June 13NextPrevious   

“Diversity and Democracy”–Daily Metta

“How can there be room for distinctions of high and low where there is this all embracing fundamental unity underlying the outward diversity?”

-–Gandhi (Young India, September 24, 1921)

The word ‘unity’ can make some people cringe. It can make it possible to overlook the experiences of those who have been systematically oppressed, ignored, and forgotten, for one. In this sense the term is usually a cover for “uniformity,” perpetuating the unfortunate notion that we have to be the same to not be in conflict. But that’s the kind of so-called unity perpetuated by the violent worldview. Can nonviolence offer us something different?

Well, it’s more urgent than we think!

For democracy to be possible, Gandhi maintained, it has to be built on a foundation of unity, not “in uniformity,” but unity-in-diversity. This revolutionary concept is based in the vision of a human being as body, mind and spirit. On the physical plane, diversity is not only natural, it’s desirable. It’s the expression of the infinite complexity and creativity of the universe. On the level of mind, we strive for mutual understanding, which can only come from the recognition that on the level of spirit, we are not fragmented, not existentially and forever separated from one another–on this level we are one, and in order to realize it, paradoxical as it may sound, diversity must be embraced and honored on the surface — things like physical appearance, wealth, etc., and even our opinions.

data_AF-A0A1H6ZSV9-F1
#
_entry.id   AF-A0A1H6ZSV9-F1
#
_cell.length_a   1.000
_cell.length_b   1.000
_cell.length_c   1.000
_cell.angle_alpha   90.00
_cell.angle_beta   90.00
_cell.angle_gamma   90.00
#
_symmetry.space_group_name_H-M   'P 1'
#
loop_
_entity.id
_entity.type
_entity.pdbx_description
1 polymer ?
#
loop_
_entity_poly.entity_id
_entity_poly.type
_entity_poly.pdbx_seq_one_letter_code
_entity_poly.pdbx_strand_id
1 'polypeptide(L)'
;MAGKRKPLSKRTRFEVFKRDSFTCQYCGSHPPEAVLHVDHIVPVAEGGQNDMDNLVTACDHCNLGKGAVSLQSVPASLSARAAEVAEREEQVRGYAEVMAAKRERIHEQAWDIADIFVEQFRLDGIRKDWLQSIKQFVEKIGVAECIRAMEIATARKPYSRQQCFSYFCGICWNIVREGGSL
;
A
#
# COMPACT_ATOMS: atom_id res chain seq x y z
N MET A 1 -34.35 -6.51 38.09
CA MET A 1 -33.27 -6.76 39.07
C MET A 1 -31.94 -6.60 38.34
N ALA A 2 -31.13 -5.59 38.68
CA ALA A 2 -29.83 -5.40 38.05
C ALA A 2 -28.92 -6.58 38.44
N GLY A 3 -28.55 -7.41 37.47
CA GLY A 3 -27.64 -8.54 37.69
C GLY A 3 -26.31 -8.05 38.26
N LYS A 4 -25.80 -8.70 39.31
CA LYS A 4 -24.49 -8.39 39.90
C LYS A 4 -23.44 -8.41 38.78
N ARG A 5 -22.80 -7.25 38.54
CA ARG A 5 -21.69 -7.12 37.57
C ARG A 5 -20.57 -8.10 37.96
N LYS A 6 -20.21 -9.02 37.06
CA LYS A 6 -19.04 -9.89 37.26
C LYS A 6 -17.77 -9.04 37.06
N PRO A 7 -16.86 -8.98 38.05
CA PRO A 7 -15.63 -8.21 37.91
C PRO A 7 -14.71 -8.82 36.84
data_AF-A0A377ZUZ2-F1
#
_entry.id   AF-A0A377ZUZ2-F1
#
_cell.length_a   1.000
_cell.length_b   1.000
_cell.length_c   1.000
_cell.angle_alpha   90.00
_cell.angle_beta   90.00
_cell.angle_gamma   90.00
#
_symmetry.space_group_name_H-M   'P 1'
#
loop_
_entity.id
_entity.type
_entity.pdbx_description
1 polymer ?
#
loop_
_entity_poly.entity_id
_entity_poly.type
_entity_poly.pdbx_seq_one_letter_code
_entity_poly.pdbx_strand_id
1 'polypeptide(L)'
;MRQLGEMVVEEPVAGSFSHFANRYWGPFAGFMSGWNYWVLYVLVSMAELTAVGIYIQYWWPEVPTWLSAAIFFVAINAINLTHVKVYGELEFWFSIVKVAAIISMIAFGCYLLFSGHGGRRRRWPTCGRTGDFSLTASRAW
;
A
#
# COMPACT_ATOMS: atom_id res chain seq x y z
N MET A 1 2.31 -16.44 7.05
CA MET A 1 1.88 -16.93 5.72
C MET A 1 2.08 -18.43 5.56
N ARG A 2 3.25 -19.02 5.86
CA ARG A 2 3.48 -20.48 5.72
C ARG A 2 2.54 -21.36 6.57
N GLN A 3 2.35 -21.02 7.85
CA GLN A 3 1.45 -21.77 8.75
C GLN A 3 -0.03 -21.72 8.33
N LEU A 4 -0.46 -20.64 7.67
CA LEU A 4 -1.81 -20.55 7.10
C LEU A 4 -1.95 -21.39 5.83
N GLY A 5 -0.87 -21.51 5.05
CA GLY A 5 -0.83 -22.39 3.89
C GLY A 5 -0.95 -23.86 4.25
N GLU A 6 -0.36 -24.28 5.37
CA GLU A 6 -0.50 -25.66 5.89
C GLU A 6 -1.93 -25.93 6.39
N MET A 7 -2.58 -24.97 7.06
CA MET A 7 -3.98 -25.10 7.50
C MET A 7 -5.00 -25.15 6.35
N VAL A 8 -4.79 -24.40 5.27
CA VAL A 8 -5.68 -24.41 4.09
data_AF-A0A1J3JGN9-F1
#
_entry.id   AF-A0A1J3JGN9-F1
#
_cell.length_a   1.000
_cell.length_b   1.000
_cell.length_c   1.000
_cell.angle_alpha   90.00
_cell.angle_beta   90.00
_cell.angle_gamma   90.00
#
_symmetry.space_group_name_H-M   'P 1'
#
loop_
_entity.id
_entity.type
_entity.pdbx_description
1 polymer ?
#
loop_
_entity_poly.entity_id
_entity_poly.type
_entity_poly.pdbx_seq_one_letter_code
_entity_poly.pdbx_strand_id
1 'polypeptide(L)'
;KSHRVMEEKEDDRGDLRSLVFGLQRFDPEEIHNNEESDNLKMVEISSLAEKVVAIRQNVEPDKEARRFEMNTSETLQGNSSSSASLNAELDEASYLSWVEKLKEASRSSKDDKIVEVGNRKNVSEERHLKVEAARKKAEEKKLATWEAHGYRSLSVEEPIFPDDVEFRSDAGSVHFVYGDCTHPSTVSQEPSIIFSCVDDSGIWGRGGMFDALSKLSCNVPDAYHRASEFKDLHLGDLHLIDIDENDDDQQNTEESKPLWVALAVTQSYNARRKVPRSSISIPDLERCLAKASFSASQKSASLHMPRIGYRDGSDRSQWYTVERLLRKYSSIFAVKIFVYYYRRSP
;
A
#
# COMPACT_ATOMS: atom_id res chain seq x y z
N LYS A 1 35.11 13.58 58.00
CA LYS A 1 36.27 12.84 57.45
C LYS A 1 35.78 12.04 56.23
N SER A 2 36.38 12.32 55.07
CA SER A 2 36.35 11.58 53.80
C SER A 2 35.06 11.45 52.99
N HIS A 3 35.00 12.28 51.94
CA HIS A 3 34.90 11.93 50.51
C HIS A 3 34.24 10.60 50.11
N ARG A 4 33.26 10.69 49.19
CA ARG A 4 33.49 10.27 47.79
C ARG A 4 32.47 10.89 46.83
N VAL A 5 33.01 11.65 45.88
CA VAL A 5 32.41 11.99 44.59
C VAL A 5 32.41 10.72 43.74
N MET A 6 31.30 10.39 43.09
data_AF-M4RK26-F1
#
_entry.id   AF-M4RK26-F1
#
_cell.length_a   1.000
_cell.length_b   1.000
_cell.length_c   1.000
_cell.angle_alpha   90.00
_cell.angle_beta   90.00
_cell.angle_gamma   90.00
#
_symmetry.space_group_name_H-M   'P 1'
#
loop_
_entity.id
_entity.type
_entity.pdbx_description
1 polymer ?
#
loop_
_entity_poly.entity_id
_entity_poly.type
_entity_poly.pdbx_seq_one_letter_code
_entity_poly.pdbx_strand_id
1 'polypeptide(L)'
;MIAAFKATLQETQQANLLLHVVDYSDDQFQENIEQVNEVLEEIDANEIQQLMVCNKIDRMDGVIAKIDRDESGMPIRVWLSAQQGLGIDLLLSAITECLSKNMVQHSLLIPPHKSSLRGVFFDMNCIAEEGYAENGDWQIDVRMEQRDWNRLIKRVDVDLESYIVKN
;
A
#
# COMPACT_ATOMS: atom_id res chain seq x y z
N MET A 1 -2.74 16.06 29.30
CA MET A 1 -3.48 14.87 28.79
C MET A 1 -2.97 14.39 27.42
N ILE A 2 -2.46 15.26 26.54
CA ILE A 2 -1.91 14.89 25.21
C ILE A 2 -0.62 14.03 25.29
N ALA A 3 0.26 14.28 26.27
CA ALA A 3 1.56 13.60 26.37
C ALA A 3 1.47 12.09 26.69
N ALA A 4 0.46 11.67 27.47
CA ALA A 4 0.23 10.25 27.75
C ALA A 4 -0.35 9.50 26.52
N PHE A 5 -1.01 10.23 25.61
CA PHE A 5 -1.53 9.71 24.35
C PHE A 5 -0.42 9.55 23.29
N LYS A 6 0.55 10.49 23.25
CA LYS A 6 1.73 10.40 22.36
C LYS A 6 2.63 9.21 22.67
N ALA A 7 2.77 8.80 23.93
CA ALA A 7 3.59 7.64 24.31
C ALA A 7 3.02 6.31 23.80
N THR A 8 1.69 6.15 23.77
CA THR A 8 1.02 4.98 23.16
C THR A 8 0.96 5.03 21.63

Experiment in Nonviolence

Where do you see a tendency in yourself to impose uniformity onto others or your environment? If you could do one thing to incorporate a greater appreciation for the order of unity-in-diversity in your life, what would it be?

The Metta Center for Nonviolence, PO Box 98, Petaluma, California 94953 707-774-6299 info@mettacenter.org